- Texas man arrested for powder-letter hoax
- Islamic State opens ‘marriage bureau’ for single jihadists
- Drone almost blocks California firefighting planes
- Tornado rips off roofs, downs trees near Boston
- GOP: Environmental rules keeping agents from accessing border
- John Kerry: Millions displaced by religious fighting in 2013
- Federal appeals court rules against Virginia’s gay marriage ban
- White House says Russia ‘losing’ war in Ukraine
- Hamas turns to North Korea for weapons deal, Iran for money
- Syrian casualties surge as jihadis consolidate
CIA contractor release eases Pakistan-U.S. tensions
Question of the Day
ISLAMABAD (AP) — A “blood money” deal to free a CIA contractor who killed two Pakistani men removes a major thorn in relations between the United States and Pakistan, but bruising from the incident and disagreements over Afghanistan mean the alliance will likely remain stormy.
The already weak Pakistani government has also seen its standing among the country’s 180 million people further diminished, though it remains to be seen whether right wing and Islamist parties are able to organize large-scale protests to destabilize it further.
Raymond Allen Davis was released Wednesday after heirs of his victims were given $2.34 million in exchange for a pardon in a closed-door court session. He shot and killed the men on Jan. 27 in the eastern city of Lahore, allegedly in self-defense.
The deal was a way out of a toxic situation for the U.S. and Pakistani governments, which were able to say it was the families and Pakistan’s legal system — not them — that made the release happen. As such, they were sheltered from the full force of public anger in Pakistan.
Pakistan and the United States are locked in a complex relationship that is increasingly strained due to disagreements over strategic interests in Afghanistan. Many analysts said the crisis generated by the Davis affair was largely a reflection of these tensions.
“This was a bump along the road,” said Samina Ahmed of the International Crisis Group, an international think tank.
“The bigger issue, which still remains, is that of Afghanistan.”
The United States wants Pakistan to crack down on Afghan Taliban factions sheltering on its soil to enable it to quickly withdraw troops from Afghanistan. But Pakistan has resisted doing this fully because it believes the militants could be allies when the Americans leave and help ensure that Afghanistan is not an ally of its long-term enemy, India.
The United States insisted all along that Davis had diplomatic immunity, but Pakistani officials never confirmed this.
Davis‘ arrest was highly embarrassing for the ISI, which was criticized for either allowing — or being unaware of — his presence in the country. Critics and conspiracy theorists said Davis was one of many covert CIA operatives in the country, undermining its sovereignty.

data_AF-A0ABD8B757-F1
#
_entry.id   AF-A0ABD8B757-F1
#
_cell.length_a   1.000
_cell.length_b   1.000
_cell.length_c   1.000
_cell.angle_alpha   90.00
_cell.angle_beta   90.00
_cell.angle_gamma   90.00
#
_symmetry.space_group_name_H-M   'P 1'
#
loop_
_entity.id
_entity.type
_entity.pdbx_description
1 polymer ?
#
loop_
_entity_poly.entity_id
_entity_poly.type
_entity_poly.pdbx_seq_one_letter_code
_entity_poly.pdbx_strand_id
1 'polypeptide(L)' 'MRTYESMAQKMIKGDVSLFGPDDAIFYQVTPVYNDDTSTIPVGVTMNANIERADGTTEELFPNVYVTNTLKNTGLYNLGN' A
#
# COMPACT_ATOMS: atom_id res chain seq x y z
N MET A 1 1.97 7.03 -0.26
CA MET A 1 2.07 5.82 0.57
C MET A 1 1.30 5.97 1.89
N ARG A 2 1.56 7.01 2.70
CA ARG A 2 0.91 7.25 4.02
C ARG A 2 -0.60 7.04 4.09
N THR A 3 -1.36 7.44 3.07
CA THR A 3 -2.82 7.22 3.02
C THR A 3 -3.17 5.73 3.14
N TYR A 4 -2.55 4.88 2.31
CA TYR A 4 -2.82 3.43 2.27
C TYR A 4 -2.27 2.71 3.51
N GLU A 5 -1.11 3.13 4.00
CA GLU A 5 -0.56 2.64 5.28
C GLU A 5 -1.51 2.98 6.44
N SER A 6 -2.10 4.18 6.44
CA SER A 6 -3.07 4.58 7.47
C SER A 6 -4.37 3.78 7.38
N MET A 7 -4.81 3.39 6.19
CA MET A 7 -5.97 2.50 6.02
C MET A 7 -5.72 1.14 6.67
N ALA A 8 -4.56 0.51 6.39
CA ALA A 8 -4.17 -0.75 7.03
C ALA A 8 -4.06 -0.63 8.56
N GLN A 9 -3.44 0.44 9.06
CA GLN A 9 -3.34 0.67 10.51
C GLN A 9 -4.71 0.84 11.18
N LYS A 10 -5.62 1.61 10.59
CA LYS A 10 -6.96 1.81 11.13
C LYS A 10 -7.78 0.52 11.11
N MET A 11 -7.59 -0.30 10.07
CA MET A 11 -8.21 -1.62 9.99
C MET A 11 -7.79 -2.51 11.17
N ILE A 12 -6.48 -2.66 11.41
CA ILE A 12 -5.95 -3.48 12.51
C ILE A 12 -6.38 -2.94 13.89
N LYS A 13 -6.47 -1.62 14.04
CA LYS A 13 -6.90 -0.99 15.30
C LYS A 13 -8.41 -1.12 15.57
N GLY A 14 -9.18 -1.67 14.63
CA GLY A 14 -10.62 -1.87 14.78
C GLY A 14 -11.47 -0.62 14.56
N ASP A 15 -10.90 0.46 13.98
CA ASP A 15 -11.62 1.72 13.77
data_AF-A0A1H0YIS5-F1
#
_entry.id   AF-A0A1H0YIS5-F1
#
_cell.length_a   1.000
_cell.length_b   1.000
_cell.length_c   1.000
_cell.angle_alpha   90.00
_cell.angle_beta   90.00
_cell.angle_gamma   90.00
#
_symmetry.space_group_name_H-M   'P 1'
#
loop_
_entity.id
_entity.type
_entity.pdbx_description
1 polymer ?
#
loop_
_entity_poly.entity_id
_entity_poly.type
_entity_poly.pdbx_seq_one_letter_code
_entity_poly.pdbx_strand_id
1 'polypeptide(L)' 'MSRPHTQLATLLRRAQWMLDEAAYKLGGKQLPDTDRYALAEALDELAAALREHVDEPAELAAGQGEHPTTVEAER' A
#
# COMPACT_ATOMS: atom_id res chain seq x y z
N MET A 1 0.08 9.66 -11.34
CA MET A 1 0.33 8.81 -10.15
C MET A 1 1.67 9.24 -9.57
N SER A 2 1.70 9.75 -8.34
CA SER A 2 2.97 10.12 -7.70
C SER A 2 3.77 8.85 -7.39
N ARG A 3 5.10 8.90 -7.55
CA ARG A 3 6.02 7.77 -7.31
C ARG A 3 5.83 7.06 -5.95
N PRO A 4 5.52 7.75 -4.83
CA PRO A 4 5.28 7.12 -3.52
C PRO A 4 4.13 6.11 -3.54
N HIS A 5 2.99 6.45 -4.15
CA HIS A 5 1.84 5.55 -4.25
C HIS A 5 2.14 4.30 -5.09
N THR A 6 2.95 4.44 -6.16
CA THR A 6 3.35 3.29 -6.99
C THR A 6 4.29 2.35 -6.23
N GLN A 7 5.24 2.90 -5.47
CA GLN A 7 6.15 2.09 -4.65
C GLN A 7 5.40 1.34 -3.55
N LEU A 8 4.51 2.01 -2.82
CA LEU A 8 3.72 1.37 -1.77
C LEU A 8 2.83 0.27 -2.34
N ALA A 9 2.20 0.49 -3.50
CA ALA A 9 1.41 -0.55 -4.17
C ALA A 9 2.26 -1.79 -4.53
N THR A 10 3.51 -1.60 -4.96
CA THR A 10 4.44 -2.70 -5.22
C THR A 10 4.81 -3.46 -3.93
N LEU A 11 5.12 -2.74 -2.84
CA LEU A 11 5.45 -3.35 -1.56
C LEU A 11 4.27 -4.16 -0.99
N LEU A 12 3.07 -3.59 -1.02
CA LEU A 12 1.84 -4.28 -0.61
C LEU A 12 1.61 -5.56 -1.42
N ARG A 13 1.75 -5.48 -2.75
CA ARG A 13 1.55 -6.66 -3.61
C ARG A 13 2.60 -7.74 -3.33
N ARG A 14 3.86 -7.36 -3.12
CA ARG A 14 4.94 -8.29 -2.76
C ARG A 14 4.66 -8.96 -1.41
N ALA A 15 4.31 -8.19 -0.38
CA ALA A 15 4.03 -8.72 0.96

One ISI official said the agency had backed the deal after CIA Director Leon Panetta had assured his Pakistani counterpart that it would declare all its operatives and contractors in Pakistan. U.S. officials said the two men had spoken, but did not confirm that.
“I have a feeling that the relationship between the ISI and the CIA has been redefined as a result of this incident,” said former army general and military analyst Gen. Talat Masood. “The ISI must have insisted that the CIA stop operations in Pakistan without their knowledge and extend their tentacles to a point where it is embarrassing and impinges on the country’s sovereignty.”
Few facts were ever released about what Davis was doing in Lahore, as well as the identities of his victims. Some reports said they were robbers; others that they were known to him, or possibly even ISI operatives themselves.
The obfuscation continued when news of the deal to free him broke.
TWT Video Picks
By David Keene
Allowing states to innovate could reduce dependency on bureaucracy
- D.C. seeks to stay judge's order allowing gun owners to carry in public
- Hillary Clinton: Forget Obama, George W. Bush made her 'proud to be an American'
- Iraqi Christians rally at White House: 'Obama, Obama, where are you?'
- Illegal immigrants demand representation in White House meetings
- White House defends Kerry failure to broker Middle East cease-fire
- Tennessee Gov. Haslam slams White House for secret dump of illegals in his state
- Border surge puts Obama legacy on immigration at stake
- Federal appeals court rules against Virginia's gay marriage ban
- Federal judge rules D.C. ban on handguns in public is unconstitutional
- White House says Russia 'losing' war in Ukraine
Obama's biggest White House 'fails'
Celebrities turned politicians
Athletes turned actors
20 gadgets that changed the world
Fighting in Iraq